Not an emo post

If there is an experience that is common to all humankind, I would say it is suffering. I wouldn’t go as far as to say “existence is suffering”, but you don’t have to be an anti-natalist to agree that life can be hard sometimes and everyone goes through difficult times every now and then. So yeah, if you’re a human, suffering is kinda unavoidable. But wait, I promise I didn’t bring this up just to depress you. I’d like to explore how the Stoics and Christians respond to suffering and the similarities between them.

To the Stoics, suffering or obstacles in life provide you with an opportunity to practice your philosophy and Stoic virtues. After all, what is the point of Stoicism if your life is perfect and you’re perpetually happy? If you’re never rattled in life, there’s no need for Stoicism at all! Can you really call yourself a Stoic if you never have to practice your philosophy? Stoicism is easy to read about, but difficult to put into practice. And so, as Marcus Aurelius says, count yourself lucky if things don’t go your way, for you now have the chance to really be a Stoic!

I hear you say “How unlucky that this should happen to me!” Not at all! Say insted, “How lucky that I am not broken by what has happened and am not afraid of what is about to happen. The same blow might have struck anyone, but not many would have absorbed it without capitulation or complaint.”

Marcus Aurelius, Meditations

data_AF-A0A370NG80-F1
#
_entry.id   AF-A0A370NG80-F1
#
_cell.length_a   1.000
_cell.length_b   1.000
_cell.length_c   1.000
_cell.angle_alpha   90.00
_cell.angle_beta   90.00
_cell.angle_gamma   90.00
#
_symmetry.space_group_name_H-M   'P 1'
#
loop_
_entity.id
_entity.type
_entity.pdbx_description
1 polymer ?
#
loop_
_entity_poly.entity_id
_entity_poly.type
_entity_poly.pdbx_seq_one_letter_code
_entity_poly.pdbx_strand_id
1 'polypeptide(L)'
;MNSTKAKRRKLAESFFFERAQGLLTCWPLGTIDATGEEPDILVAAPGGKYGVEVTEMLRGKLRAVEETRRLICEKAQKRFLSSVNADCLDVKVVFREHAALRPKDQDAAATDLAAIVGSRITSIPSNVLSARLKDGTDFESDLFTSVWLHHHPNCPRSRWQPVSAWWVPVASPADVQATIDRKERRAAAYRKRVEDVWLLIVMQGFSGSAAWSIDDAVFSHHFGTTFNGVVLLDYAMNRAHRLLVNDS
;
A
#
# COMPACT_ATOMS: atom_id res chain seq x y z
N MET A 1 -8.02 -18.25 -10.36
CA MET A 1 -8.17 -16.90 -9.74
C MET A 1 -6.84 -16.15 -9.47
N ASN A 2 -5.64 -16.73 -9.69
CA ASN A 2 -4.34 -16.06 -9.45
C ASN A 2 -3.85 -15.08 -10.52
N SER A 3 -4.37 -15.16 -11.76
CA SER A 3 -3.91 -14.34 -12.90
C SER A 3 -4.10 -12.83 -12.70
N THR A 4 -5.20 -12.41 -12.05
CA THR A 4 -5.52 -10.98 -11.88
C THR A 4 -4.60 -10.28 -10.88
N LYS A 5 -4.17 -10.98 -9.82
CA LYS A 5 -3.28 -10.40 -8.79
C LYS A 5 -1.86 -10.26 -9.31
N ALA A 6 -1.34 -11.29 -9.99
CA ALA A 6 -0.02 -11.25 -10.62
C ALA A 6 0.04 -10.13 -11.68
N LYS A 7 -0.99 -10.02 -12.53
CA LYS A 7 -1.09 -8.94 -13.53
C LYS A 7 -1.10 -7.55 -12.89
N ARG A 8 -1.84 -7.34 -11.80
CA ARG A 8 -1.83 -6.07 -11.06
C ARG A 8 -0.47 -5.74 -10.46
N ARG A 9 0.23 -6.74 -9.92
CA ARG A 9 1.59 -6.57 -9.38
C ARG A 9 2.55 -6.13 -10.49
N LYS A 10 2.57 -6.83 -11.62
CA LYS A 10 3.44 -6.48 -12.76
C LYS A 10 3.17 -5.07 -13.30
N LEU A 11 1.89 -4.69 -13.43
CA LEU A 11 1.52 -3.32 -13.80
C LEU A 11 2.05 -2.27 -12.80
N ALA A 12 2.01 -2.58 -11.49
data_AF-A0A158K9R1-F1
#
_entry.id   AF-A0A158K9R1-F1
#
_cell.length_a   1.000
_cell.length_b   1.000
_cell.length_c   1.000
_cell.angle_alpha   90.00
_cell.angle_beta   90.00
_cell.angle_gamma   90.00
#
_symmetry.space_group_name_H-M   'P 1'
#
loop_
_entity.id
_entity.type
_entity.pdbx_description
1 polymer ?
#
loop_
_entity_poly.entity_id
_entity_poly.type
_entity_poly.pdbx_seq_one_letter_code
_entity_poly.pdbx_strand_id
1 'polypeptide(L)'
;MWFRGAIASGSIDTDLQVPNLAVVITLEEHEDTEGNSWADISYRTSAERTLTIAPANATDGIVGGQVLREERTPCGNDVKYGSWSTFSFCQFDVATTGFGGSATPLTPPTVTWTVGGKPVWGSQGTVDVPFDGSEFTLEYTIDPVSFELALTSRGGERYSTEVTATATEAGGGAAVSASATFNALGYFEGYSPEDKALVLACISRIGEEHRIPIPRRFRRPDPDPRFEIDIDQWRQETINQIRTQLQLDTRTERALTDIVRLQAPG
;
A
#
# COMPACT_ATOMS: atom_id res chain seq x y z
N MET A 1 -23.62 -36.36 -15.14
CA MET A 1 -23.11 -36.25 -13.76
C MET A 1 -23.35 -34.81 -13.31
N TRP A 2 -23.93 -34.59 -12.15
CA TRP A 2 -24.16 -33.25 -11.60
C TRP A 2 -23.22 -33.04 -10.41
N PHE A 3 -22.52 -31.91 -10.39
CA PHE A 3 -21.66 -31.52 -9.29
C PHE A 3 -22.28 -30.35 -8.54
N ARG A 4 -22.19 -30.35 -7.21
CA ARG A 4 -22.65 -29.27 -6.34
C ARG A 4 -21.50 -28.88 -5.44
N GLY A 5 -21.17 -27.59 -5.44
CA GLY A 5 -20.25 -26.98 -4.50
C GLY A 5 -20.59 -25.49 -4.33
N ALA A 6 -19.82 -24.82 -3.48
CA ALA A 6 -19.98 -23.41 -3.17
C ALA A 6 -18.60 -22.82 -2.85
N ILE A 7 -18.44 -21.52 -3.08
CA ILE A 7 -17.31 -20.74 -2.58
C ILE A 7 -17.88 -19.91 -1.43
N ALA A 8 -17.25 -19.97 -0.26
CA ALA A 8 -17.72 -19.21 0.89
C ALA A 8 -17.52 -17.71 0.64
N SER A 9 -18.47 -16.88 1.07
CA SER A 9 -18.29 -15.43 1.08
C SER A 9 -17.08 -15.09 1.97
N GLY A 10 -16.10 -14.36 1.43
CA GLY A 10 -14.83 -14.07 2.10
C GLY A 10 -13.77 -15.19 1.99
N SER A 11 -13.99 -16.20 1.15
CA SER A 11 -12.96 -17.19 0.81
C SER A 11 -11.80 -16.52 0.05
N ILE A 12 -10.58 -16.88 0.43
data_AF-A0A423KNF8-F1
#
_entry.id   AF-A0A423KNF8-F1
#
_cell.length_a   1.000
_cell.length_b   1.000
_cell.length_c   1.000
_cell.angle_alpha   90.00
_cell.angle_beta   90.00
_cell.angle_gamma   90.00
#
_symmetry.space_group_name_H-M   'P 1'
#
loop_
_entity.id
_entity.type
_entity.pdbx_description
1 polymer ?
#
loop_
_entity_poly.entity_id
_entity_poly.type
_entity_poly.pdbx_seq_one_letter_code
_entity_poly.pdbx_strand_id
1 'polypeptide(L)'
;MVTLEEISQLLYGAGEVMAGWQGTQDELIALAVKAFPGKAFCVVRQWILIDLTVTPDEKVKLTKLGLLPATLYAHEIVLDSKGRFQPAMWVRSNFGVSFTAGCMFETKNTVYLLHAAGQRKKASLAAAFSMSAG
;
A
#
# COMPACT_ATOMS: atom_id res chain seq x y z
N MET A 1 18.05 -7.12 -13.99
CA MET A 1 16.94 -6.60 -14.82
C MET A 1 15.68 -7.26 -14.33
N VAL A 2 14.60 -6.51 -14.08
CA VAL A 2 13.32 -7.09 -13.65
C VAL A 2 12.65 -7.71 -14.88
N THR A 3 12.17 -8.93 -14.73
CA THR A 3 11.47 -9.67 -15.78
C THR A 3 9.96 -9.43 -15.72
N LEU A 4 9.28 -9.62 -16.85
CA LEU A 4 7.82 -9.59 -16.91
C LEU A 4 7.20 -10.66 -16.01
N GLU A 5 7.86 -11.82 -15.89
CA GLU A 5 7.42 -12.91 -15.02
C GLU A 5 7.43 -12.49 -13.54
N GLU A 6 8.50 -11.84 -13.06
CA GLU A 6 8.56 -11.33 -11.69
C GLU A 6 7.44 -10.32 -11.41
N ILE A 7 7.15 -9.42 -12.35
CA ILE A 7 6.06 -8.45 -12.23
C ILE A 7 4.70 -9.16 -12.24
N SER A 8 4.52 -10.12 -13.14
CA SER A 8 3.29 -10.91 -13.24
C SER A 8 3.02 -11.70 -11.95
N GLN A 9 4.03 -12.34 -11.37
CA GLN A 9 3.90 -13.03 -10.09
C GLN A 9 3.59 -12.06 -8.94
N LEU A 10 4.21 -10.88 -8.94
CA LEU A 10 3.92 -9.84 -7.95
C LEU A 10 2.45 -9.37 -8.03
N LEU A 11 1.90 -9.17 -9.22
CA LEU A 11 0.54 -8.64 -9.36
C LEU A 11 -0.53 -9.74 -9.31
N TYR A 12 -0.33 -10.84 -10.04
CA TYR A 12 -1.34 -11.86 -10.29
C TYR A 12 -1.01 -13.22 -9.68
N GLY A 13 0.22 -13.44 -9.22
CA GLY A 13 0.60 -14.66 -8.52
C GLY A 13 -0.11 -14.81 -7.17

To the Christians, suffering is also a part and parcel of life, and the appropriate response to suffering is, well, to rejoice. As counterintuitive as it might sound, it’s not asking you to be a masochist, but rather you can rejoice because of the benefit it provides. Like character building for instance. Or in my case, as a student, after each semester of suffering, I emerge stronger and a little bit smarter (hopefully). The apostle Paul puts it very nicely:

Not only that, but we rejoice in our sufferings, knowing that suffering produces endurance, and endurance produces character, and character produces hope

Romans 5:3-4 (ESV)

I think both the Stoics and Christians will agree that counting yourself lucky or rejoicing in your suffering is more than just a coping mechanism for difficult times. Instead, these responses are deeply rooted in reason if you truly embody your philosophy or faith. But of course, that’s not to say it’s easy to respond in such a manner. It’s definitely a struggle for me, so I guess I’m writing this as a note-to-self more than anything.

And as usual, I’m terrible at concluding my posts but, thanks for reading my first post of 2022!